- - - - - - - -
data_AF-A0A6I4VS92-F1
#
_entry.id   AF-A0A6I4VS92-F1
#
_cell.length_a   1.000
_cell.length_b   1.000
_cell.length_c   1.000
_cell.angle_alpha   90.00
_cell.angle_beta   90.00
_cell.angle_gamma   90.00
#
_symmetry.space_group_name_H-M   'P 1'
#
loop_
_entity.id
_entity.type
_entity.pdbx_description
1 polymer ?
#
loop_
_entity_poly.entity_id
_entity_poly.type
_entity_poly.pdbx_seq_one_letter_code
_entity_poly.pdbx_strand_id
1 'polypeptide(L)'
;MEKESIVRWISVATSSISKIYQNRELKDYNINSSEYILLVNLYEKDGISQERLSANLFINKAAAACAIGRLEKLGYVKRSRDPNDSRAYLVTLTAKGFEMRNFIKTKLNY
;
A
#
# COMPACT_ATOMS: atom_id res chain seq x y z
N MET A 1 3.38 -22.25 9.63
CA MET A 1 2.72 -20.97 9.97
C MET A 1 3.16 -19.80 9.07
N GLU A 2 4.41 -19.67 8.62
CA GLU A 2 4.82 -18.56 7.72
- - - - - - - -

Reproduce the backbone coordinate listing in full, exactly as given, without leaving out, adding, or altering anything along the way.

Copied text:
data_AF-A0A6I4VS92-F1
#
_entry.id   AF-A0A6I4VS92-F1
#
_cell.length_a   1.000
_cell.length_b   1.000
_cell.length_c   1.000
_cell.angle_alpha   90.00
_cell.angle_beta   90.00
_cell.angle_gamma   90.00
#
_symmetry.space_group_name_H-M   'P 1'
#
loop_
_entity.id
_entity.type
_entity.pdbx_description
1 polymer ?
#
loop_
_entity_poly.entity_id
_entity_poly.type
_entity_poly.pdbx_seq_one_letter_code
_entity_poly.pdbx_strand_id
1 'polypeptide(L)'
;MEKESIVRWISVATSSISKIYQNRELKDYNINSSEYILLVNLYEKDGISQERLSANLFINKAAAACAIGRLEKLGYVKRSRDPNDSRAYLVTLTAKGFEMRNFIKTKLNY
;
A
#
# COMPACT_ATOMS: atom_id res chain seq x y z
N MET A 1 3.38 -22.25 9.63
CA MET A 1 2.72 -20.97 9.97
C MET A 1 3.16 -19.80 9.07
N GLU A 2 4.41 -19.67 8.62
CA GLU A 2 4.82 -18.56 7.72